Pre- vs. Post-Workout Nutrition – Q&A

Question: If protein and other nutrients take time to be broken down and utilized, does it really matter whether or not you have a PWO meal, if you’ve had a large meal relatively soon before your training?  In other words, can a Pre-workout meal be just as beneficial as a post-workout meal (if not better)?  Isn’t it important to have AA in your blood stream when training? And if there is a designated time for digestion, wouldn’t the other nutrients effectively help recovery, even though they were consumed before hand?

Answer: As usual this is going to be one of those longish ‘it depends’ kinds of answers and I’m probably going to go way off track in trying to answer it.  As I discussed in The Protein Book, some recent research certainly suggested that pre-workout nutrients (carbs and protein, and I’ll assume the combination from here on out) were superior to post-workout nutrients in terms of promoting protein synthesis.

Other research wasn’t so positive but it did look like having nutrients in the system during/immediately after workout might be better than waiting until afterwards.  Some of it depended on the form of nutrients (especially protein consumed); in one study immediate pre-workout essential amino acids (EAA’s) were better than post-workout EAA’s.  In another, a whole protein taken right before training wasn’t superior to post-workout; this may have been an issue of digestion time.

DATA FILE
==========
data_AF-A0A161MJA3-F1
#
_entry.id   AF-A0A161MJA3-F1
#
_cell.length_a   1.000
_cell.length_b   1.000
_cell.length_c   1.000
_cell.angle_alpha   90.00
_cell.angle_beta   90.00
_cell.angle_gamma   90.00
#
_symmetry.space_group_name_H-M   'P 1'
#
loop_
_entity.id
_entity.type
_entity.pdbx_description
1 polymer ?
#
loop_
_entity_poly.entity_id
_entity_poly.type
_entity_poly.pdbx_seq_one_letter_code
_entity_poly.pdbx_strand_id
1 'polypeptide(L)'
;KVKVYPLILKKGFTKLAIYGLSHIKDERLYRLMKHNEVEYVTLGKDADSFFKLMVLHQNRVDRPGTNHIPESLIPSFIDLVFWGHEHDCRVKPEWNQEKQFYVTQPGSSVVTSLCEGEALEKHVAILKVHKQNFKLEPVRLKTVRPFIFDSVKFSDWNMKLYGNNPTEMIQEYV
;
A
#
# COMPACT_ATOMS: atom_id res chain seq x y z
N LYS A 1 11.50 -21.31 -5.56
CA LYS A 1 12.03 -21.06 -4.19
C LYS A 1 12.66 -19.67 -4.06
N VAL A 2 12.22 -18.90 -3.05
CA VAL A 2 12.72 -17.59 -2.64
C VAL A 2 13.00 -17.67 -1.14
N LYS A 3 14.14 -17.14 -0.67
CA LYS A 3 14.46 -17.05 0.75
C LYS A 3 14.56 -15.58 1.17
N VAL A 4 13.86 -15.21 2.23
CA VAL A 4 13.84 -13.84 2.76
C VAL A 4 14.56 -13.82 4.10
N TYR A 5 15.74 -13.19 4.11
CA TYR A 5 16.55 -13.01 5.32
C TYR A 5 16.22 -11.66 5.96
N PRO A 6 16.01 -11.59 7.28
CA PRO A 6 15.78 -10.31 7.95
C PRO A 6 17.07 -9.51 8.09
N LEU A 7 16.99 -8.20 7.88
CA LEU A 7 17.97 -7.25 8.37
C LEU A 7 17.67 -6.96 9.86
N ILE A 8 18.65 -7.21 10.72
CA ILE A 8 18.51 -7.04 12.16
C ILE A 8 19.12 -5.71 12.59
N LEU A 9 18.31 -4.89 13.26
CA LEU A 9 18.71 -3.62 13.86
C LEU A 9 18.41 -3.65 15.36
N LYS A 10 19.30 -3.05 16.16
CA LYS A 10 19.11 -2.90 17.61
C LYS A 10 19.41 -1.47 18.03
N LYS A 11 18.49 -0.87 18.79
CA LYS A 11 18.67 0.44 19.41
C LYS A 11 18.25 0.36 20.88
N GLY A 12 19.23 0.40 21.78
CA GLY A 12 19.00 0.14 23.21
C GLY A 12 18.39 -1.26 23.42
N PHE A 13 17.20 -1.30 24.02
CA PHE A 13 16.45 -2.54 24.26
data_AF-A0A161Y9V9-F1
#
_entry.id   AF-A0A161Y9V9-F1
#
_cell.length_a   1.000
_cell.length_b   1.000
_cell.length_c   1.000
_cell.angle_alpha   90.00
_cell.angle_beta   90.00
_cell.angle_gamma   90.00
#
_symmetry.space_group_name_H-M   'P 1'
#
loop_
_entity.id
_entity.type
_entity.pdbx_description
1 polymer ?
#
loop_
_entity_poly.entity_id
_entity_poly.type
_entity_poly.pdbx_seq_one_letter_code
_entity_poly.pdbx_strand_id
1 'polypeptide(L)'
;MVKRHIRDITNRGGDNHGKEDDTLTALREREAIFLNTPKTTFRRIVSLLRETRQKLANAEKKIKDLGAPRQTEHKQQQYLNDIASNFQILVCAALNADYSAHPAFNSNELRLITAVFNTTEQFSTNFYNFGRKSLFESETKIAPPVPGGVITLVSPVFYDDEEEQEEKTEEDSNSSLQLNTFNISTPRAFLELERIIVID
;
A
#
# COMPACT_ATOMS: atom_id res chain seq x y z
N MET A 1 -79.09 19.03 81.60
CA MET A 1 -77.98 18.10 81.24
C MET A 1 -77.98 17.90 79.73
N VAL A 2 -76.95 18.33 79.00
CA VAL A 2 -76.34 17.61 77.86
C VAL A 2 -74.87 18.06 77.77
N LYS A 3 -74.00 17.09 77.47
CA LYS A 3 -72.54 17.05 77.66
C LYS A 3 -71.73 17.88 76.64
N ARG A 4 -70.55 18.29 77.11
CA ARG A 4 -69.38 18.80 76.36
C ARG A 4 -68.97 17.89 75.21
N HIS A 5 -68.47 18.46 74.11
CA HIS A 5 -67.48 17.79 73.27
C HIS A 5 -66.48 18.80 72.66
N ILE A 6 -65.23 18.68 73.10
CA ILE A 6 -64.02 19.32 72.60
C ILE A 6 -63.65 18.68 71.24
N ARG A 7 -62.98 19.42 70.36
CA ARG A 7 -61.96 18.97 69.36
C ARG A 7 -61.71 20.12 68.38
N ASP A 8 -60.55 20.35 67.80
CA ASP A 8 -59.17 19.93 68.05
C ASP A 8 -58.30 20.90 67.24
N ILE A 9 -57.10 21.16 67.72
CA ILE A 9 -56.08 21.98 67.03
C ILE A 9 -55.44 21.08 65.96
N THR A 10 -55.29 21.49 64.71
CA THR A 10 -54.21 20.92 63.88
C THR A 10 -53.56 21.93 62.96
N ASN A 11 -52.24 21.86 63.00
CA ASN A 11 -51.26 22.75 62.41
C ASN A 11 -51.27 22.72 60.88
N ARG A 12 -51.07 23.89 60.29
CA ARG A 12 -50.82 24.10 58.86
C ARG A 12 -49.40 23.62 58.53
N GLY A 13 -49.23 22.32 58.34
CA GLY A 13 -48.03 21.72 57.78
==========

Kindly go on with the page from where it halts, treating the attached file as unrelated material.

I would note that protein synthesis isn’t the only goal here; maintaining high levels of training intensity during a workout is also key and pre- and/or during-workout nutrition can benefit folks there as well.  A complication of that research was that most of it was done fasted, that is first thing in the morning, after folks hadn’t eaten for many hours.  While that is relevant to some people (e.g. those who train first thing in the morning), many if not most trainees will have eaten something prior to the immediate pre-workout period.  This complicates issues.

And the general picture that seems to be developing is that if someone is in the ‘fed’ state, that is they have eaten within a few hours of their workout, pre-workout nutrients don’t seem to provide any major benefit.  This mainly has to do with the slow digestion time of whole foods.  A relatively ‘normal’ whole-food meal is still releasing nutrients (carbs and protein) into the bloodstream as much as 4-5 hours after you eat it.

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